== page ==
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Dear Kay,

Peaks and valleys. Sunshine and shadow. On the road trip that is a colorwork project, one of the moments that pegs the meter on emotion is the moment you face a drift of loose ends. Today, I share five ways to get on with this. One way even involves another craft project.

Method Number 1: Weaving


Old school. Maybe you’ve already begun a project, and you’ve been doing the simple act of dropping one color and adding another when the time came. I know: I was so carefree too, once. Knitting this way is definitely the fastest way to go, but in the long term, you pay a bitter, sour price:
The Ditch of Poor Planning: a raggedy line, with holes and warbly bits and whatnot on the front, a wilderness of ends on the back. Weave in the ends using a tapestry needle, paying attention to where the holes and warbly bits are, crossing an end over a hole before weaving it in on the far side of the hole to mimic what happens when you strand a yarn. This method requires a fair amount of futzing and generally faking it up.

The ditch is gone, but it’s a lot of work to get to this point.


Consider the alternative methods below.

Method Number 2: Spit Splicing

Spit-splicing is kind of hardcore. It totally eliminates ends, but it involves slurping on your yarn. As you arrive at the moment when a new color is required, take the end of one color of yarn and the beginning of the next color, and slurp on them to get them wet. Line up the ends so they overlap each other, in opposite directions, for about an inch. Rub them together hard and fast between the palms of your hands. Heat and friction bond the ends together, and all of a sudden you are knitting with a new color of yarn.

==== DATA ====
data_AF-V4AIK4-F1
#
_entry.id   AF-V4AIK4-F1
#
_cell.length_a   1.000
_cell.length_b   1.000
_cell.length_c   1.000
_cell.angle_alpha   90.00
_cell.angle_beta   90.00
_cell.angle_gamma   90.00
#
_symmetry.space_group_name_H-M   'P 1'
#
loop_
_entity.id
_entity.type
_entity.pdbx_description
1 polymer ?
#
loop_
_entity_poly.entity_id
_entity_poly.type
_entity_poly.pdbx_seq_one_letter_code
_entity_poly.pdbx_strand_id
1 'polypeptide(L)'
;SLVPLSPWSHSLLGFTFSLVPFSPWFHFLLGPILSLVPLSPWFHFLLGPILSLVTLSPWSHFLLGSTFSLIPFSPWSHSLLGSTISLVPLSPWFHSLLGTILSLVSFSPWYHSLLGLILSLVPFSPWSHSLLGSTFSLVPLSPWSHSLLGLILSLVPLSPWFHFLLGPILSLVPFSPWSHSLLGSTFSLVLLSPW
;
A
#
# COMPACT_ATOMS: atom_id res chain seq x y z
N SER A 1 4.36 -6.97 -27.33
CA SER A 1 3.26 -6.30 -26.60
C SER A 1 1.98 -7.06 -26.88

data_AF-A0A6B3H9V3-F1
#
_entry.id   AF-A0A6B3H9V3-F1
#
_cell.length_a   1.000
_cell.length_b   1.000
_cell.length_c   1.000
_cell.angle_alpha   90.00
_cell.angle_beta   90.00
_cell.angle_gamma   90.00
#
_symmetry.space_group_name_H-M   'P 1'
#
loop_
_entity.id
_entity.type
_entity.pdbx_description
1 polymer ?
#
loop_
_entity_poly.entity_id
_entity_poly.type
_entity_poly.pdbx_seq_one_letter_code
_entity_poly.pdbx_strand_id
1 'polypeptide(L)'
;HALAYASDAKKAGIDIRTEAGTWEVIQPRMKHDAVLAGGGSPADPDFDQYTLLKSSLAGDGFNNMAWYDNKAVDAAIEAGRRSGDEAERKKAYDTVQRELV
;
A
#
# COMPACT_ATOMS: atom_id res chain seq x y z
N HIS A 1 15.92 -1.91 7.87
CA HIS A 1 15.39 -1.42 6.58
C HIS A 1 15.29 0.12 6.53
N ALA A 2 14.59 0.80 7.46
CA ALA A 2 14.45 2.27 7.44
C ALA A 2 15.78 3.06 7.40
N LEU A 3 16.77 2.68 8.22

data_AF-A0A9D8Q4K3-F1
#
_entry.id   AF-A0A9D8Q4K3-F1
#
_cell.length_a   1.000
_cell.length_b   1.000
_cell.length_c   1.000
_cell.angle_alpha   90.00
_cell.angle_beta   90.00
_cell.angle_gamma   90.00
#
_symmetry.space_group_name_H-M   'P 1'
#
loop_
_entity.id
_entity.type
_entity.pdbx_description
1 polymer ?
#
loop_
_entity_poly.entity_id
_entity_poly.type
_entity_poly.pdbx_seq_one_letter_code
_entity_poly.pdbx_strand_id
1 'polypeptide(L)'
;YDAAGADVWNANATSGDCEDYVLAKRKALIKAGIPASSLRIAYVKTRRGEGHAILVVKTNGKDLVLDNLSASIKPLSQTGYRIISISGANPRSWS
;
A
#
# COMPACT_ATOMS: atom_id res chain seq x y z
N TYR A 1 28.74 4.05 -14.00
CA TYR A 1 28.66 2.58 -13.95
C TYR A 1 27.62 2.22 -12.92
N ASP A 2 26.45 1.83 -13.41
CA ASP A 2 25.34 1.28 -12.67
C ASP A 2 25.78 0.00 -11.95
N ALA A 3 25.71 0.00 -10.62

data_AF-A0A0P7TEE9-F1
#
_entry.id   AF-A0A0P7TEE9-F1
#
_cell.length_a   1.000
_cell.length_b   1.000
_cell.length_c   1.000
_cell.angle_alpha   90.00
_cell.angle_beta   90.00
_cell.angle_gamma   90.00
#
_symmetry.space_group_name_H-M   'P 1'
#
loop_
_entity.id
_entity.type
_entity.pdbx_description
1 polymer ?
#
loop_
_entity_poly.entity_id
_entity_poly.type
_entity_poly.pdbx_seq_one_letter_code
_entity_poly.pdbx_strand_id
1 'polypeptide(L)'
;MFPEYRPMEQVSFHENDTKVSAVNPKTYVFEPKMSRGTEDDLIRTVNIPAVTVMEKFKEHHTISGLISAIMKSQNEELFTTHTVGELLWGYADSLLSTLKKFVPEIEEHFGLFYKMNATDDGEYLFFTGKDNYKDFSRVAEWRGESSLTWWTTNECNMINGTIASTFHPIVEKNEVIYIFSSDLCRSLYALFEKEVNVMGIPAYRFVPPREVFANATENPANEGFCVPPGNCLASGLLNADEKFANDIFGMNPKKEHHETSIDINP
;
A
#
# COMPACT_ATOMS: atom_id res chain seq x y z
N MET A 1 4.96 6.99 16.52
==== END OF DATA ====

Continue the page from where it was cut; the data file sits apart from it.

This method means a fiddly minute every time you swap out a yarn, but it gives such a smooth transition and lack of ends that it is clearly a good way to go. If you don’t mind slurping on your yarn. (Below, the dark line is the stitch that marks the end of a round. There are splices all around that line, but the pattern is so nutty that you can’t see where the various colors swap out.)

Method Number 3: Knots

So simple: take two ends, tie a double knot, trim to a half inch or so. Done. There are some who believe knitting should never involve making knots, but I am not one of them. This totally works, and you never have to thread a tapestry needle.


This moves right along. Knot, knot, snip. You can shop Zappo’s while doing this. You can order a refrigerator.


Method 4: Braiding

I have not personally attempted this, but I discovered Kerin’s craft project-within-a-craft-project, and it looks like fun. Create a braid of ends down the seam, tie a knot at the end, and trim it to an inch or so. Here’s her tidy video.

Method 5: Nothing

A friend who is a great knitter goes commando. Maybe she trims the ends down to an inch or two, but mostly she just leaves the ends as God intended them to be: free to wave in the breeze, unfettered and liberated. We should all be so unbound!